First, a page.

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as far as i remember this picture this very picture appeared on the front page of time magazine and the headline read what happens if we leave afghanistan that's right yes so actually your picture was used in a propaganda campaign to sell the accusation we happy about it you see this is what's very interesting and south african coming from johannesburg if you showed that cover to people in south africa they didn't even notice the headline because that's not our politics they so i share and the controversy came from very many different places and therefore everyone responded in very different ways depending on their politics depending on the country they came from depending on a whole lot of different variables so it didn't affect me in that way in actual
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fact it was a catalyst that it spread through the blogosphere world it was on t.v. it was everywhere and actually it was further. and speaking about violence against women and more and more people we're seeing this before we start talking about i share a story in the patience of a couple of more words about the competition first of all what was your favorite picture among others among your competitors can you name some something else. because i quite like the one photograph i think it's him back dish of at look circus so a photograph from the cinema it's a father and he son walking through the water and i like that but i also thought what was very interesting for me more than then appreciating the photography so much was it was interesting to see the chilean the chilean miners photographed and the ground by themselves there were the clarity so it speaks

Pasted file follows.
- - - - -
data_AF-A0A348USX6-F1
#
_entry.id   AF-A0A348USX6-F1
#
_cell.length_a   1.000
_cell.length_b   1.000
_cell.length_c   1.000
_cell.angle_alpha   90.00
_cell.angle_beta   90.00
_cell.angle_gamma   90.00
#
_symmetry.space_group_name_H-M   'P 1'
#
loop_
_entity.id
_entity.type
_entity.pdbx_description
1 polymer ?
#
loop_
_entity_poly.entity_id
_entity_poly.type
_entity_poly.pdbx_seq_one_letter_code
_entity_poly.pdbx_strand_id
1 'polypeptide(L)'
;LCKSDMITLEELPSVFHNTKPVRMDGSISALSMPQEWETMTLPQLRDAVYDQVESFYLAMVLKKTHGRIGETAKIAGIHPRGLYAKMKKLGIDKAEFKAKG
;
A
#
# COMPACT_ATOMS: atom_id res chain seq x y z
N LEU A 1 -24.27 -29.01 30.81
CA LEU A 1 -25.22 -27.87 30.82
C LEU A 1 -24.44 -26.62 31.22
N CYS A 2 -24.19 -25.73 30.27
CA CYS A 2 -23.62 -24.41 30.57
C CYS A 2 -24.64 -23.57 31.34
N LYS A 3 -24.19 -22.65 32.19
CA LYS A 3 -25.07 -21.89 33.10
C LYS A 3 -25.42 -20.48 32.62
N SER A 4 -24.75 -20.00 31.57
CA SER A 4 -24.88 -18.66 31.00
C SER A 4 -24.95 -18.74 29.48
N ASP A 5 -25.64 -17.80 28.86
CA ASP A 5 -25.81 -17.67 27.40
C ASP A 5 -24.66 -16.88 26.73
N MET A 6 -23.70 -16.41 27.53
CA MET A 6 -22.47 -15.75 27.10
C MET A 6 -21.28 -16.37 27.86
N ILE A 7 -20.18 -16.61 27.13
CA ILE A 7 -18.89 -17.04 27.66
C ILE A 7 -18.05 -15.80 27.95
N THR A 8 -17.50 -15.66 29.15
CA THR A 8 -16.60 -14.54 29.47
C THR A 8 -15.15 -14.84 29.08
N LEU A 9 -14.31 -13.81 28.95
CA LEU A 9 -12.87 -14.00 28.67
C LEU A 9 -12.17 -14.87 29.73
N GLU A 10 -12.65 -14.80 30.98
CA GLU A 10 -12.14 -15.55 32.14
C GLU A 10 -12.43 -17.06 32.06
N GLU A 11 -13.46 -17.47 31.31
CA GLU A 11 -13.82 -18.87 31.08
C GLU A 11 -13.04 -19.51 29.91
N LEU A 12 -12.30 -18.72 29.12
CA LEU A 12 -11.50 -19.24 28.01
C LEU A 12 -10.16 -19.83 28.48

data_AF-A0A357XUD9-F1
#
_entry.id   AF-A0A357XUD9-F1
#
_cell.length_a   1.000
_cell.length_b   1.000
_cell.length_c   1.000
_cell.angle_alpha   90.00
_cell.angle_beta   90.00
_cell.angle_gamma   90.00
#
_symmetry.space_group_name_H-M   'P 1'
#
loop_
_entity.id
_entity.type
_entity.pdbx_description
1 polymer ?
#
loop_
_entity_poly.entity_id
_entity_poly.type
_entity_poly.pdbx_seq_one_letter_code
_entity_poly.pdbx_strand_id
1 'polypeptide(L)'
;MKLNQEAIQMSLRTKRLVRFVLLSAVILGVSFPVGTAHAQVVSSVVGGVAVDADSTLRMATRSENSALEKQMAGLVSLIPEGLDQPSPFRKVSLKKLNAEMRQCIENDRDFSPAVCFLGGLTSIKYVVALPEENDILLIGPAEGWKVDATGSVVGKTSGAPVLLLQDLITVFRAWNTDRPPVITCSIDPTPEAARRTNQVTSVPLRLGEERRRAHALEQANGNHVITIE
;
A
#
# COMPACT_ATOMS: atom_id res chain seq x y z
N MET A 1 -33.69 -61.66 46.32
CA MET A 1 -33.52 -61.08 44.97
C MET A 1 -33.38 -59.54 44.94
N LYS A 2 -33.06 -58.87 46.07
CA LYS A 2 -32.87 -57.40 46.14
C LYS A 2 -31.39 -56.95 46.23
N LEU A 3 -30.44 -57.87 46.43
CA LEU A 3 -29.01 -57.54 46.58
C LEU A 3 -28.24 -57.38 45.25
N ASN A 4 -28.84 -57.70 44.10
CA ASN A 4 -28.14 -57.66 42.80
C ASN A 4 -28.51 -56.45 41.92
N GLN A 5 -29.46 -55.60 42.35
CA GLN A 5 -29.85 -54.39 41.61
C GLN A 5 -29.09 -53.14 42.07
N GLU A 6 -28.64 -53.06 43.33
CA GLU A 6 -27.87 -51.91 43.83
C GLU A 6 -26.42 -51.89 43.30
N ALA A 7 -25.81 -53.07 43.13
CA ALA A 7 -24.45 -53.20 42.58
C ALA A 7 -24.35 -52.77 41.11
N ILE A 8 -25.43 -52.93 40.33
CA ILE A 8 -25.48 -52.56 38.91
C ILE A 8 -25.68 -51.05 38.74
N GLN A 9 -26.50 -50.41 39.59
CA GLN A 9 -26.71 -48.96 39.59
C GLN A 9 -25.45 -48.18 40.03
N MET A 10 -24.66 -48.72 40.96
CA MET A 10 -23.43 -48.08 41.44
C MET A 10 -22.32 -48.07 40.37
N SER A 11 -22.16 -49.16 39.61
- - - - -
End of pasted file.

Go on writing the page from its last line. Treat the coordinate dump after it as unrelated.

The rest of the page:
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a lot about citizen journalism. speaking about citizen jews speaking about awarding prizes well it's not the first time when i ask this question to myself when i see the winners a work in the works winning world press photo is the prize awarded to the picture to the photographic work word to journalism to the story behind the picture. i have been a journey member a few years back and really firstly it's about it's a photographic competition is the quality of the picture the composition books the dates the initial thing it's totally around the photograph and then of course the journalistic value after the fact is as important but really it's a photographic competition well let's take a closer look at this year's winners of the world press photo contest spotlights in the dimmy there were reports from an exhibition in moscow. earthquakes and